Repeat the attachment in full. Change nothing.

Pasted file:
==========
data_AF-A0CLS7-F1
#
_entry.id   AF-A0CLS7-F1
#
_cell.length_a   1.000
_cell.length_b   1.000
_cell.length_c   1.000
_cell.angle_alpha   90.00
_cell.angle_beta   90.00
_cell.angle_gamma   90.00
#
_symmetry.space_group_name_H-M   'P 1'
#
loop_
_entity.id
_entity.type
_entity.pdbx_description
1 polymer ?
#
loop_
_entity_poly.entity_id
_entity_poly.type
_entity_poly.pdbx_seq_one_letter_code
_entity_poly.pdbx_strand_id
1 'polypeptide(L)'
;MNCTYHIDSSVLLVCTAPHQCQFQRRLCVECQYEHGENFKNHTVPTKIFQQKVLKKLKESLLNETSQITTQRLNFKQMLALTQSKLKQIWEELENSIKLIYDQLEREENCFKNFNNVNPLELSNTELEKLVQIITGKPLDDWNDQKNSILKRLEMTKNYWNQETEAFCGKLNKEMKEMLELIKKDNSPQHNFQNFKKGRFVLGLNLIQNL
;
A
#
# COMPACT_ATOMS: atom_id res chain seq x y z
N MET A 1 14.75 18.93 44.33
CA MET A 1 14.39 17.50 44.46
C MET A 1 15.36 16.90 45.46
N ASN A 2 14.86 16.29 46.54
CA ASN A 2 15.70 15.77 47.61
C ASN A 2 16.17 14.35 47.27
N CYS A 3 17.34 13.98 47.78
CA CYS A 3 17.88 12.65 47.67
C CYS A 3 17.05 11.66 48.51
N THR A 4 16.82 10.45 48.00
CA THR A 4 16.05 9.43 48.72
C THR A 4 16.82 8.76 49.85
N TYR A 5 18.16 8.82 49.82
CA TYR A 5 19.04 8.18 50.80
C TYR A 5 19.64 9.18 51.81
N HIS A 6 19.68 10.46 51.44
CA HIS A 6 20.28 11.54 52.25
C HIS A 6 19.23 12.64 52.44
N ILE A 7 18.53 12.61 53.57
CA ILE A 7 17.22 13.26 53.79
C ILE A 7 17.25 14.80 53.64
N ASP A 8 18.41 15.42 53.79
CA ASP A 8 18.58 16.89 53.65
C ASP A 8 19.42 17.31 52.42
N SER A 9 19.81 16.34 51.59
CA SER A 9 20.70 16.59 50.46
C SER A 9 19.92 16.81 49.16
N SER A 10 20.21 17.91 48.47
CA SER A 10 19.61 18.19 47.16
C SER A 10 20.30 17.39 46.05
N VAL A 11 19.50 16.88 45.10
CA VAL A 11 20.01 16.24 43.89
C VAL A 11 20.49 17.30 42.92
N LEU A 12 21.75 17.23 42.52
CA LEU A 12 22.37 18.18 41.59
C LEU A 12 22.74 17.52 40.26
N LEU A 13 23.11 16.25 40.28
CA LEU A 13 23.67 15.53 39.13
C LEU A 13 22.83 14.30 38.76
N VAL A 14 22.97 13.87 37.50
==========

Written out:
data_AF-A0CLS7-F1
#
_entry.id   AF-A0CLS7-F1
#
_cell.length_a   1.000
_cell.length_b   1.000
_cell.length_c   1.000
_cell.angle_alpha   90.00
_cell.angle_beta   90.00
_cell.angle_gamma   90.00
#
_symmetry.space_group_name_H-M   'P 1'
#
loop_
_entity.id
_entity.type
_entity.pdbx_description
1 polymer ?
#
loop_
_entity_poly.entity_id
_entity_poly.type
_entity_poly.pdbx_seq_one_letter_code
_entity_poly.pdbx_strand_id
1 'polypeptide(L)'
;MNCTYHIDSSVLLVCTAPHQCQFQRRLCVECQYEHGENFKNHTVPTKIFQQKVLKKLKESLLNETSQITTQRLNFKQMLALTQSKLKQIWEELENSIKLIYDQLEREENCFKNFNNVNPLELSNTELEKLVQIITGKPLDDWNDQKNSILKRLEMTKNYWNQETEAFCGKLNKEMKEMLELIKKDNSPQHNFQNFKKGRFVLGLNLIQNL
;
A
#
# COMPACT_ATOMS: atom_id res chain seq x y z
N MET A 1 14.75 18.93 44.33
CA MET A 1 14.39 17.50 44.46
C MET A 1 15.36 16.90 45.46
N ASN A 2 14.86 16.29 46.54
CA ASN A 2 15.70 15.77 47.61
C ASN A 2 16.17 14.35 47.27
N CYS A 3 17.34 13.98 47.78
CA CYS A 3 17.88 12.65 47.67
C CYS A 3 17.05 11.66 48.51
N THR A 4 16.82 10.45 48.00
CA THR A 4 16.05 9.43 48.72
C THR A 4 16.82 8.76 49.85
N TYR A 5 18.16 8.82 49.82
CA TYR A 5 19.04 8.18 50.80
C TYR A 5 19.64 9.18 51.81
N HIS A 6 19.68 10.46 51.44
CA HIS A 6 20.28 11.54 52.25
C HIS A 6 19.23 12.64 52.44
N ILE A 7 18.53 12.61 53.57
CA ILE A 7 17.22 13.26 53.79
C ILE A 7 17.25 14.80 53.64
N ASP A 8 18.41 15.42 53.79
CA ASP A 8 18.58 16.89 53.65
C ASP A 8 19.42 17.31 52.42
N SER A 9 19.81 16.34 51.59
CA SER A 9 20.70 16.59 50.46
C SER A 9 19.92 16.81 49.16
N SER A 10 20.21 17.91 48.47
CA SER A 10 19.61 18.19 47.16
C SER A 10 20.30 17.39 46.05
N VAL A 11 19.50 16.88 45.10
CA VAL A 11 20.01 16.24 43.89
C VAL A 11 20.49 17.30 42.92
N LEU A 12 21.75 17.23 42.52
CA LEU A 12 22.37 18.18 41.59
C LEU A 12 22.74 17.52 40.26
N LEU A 13 23.11 16.25 40.28
CA LEU A 13 23.67 15.53 39.13
C LEU A 13 22.83 14.30 38.76
N VAL A 14 22.97 13.87 37.50